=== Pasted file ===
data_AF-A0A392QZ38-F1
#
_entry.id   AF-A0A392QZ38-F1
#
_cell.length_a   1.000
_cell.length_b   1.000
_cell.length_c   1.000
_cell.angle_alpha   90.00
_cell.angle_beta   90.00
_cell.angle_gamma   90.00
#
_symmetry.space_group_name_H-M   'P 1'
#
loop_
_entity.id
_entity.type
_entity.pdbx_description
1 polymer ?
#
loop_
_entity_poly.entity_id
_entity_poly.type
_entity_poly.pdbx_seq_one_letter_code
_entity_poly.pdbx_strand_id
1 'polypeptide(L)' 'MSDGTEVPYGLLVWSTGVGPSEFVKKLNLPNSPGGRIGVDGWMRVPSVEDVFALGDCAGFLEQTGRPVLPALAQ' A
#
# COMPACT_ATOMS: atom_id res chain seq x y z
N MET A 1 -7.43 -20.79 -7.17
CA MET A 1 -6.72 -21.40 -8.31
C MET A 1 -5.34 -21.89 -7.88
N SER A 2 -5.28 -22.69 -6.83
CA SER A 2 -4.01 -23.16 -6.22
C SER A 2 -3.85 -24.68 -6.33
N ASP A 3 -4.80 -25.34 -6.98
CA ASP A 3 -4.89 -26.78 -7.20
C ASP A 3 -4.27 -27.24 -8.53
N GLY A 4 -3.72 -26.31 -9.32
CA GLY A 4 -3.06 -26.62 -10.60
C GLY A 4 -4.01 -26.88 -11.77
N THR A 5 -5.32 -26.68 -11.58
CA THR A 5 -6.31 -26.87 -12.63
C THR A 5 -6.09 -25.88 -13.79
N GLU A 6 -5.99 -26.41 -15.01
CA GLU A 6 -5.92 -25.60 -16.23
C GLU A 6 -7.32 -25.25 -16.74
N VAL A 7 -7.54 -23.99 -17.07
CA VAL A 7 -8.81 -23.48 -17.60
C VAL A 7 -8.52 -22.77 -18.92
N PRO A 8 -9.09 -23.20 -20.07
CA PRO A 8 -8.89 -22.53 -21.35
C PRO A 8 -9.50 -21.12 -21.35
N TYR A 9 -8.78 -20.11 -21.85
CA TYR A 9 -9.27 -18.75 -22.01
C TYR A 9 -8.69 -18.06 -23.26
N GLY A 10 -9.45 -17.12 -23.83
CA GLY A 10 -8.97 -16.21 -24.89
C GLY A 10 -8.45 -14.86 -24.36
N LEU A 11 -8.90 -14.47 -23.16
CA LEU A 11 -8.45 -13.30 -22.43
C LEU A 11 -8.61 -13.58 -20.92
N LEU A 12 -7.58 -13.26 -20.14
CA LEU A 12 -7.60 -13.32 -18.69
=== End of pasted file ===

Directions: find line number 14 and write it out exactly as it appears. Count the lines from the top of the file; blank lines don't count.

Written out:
loop_